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Peter Van Buren: Thought Crime in Washington

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When I arrived at Zuccotti Prison one afternoon last week, the "park" was in its now-usual lockdown mode.  No more tents.  No library.  No kitchen.  No medical area.  Just about 30 leftover protesters and perhaps 100 of New York's finest as well as private-security types in neon-green vests in or around a dead space enclosed by more movable police fencing than you can imagine. To the once open plaza, there were now only two small entrances in the fencing on the side streets, and to pass through either you had to run a gauntlet of police and private security types.

The park itself was bare of anything whatsoever and, that day, parts of it had been cordoned off, theoretically for yet more cleaning, with the kind of yellow police tape that would normally surround a crime scene, which was exactly how it seemed.  In fact, as I walked in, a young protestor was being arrested, evidently for the crime of lying down on a bench.  (No sleeping, or even prospective sleeping, allowed -- except in jail!)

Thanks to Mayor Bloomberg's police assault on the park, OWS has largely decamped for spaces unknown and for the future.  Left behind was a grim tableau of our distinctly up-armored, post-9/11 American world.  To take an obvious example, the "police" who so notoriously pepper-sprayed non-violent, seated students at UC Davis were just campus cops, who in my college years, the 1960s, still generally wore civvies, carried no weapons, and were tasked with seeing whether students had broken curfew or locked themselves out of their rooms.  Now, around the country, they are armed with chemical weapons, Tasers, tear gas, side arms, you name it.  Meanwhile, some police departments, militarizing at a rapid rate, have tank-like vehicles, and the first police surveillance drones are taking to the air in field tests and capable of being weaponized.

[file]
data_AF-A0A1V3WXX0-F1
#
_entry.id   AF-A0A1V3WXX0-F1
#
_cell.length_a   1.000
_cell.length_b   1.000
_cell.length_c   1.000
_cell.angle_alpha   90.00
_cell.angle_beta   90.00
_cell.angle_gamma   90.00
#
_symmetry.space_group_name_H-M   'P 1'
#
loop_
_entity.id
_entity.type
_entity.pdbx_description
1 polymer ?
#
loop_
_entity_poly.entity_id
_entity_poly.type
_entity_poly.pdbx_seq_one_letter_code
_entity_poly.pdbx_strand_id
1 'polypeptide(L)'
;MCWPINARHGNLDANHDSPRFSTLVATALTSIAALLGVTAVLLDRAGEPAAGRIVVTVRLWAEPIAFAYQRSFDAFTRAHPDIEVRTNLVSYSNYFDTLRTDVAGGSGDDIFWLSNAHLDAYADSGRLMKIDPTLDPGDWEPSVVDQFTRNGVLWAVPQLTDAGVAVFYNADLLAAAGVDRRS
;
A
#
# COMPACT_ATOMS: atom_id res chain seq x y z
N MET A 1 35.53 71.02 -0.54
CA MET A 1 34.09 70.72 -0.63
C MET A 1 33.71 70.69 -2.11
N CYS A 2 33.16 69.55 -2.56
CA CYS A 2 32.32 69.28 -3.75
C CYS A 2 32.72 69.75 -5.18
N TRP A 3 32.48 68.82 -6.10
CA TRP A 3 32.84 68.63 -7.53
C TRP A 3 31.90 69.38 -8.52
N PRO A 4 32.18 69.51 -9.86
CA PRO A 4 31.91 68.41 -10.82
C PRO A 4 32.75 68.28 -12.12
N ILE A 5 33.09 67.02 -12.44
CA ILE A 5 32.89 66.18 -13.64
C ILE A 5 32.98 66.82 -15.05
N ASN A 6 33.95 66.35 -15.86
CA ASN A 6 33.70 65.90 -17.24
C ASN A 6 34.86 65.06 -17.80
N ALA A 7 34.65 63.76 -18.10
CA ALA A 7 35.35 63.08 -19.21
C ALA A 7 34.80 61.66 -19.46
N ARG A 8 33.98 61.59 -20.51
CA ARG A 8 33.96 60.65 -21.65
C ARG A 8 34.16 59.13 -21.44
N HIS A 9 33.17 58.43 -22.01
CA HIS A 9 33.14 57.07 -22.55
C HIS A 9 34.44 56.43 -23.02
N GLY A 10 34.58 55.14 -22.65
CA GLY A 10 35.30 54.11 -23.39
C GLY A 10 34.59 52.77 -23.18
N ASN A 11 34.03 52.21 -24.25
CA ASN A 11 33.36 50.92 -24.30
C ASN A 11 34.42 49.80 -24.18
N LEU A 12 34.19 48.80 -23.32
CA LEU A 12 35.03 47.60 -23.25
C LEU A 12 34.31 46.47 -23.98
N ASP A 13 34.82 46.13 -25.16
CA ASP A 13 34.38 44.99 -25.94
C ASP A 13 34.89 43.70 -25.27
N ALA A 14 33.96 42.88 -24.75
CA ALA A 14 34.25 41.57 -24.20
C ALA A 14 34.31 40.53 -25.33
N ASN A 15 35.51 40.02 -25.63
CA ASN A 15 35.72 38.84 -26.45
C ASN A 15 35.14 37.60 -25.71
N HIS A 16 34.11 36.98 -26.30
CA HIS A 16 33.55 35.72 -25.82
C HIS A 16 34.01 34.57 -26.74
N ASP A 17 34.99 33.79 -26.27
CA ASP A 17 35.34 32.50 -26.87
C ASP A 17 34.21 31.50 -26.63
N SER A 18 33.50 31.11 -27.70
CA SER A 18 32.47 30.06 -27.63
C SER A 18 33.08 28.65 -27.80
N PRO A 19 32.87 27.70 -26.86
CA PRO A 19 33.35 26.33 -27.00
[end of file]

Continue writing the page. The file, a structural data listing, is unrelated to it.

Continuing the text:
And keep in mind, when it comes to that pepper-spraying incident, we're talking about sleepy Davis, California, and a campus once renowned for its agronomy school.  Al-Qaeda?  I don't think so.

Still, terror is what now makes our American world work, the trains run more or less on time, and the money flow in.  So why should we be surprised that, having ripped Zuccotti Park apart, destroyed books, gotten a rep for pepper-spraying and roughing up protesters (and reporters, too), the NYPD should propitiously announce the arrest of yet another "lone wolf" terrorist.  And can anyone be shocked that we're talking about a disturbed, moneyless individual -- he couldn't even pay his cell phone bill, no less rent a place to live -- under surveillance for two years, and palling around with an NYPD "informant" who smoked marijuana with him and may have given him not only a place to build a bomb but encouragement in doing so.

It was a police-developed terror case that evidently so reeked of coaching even the FBI refused to get involved.  And yet this was Mayor Bloomberg's shining moment of last week, as the NYPD declared his home a "frozen" zone, the equivalent of declaring martial law around his house.  And who was endangering him? An OWS "drum circle."  In the United States, increasingly, those in power no longer observe the law.  Instead, they make it up to suit their needs.  In the process, the streets where you demonstrate, as (New York's mayor keeps telling us) is our "right," are regularly transformed into yet more fenced-in, heavily surveilled Zuccotti Prisons.

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This may not be a traditional police state (yet), but it is an increasingly militarized policed state in which the blue coats, armed to the teeth, act with remarkable impunity -- and all in the name of our safety from a bunch of doofuses or unhinged individuals that its "informants" often seem to fund, put through basic terror courses, and encourage in every way until they are arrested as "terrorists."  This is essentially a scam on the basis of which rights are regularly abridged or tossed out the window.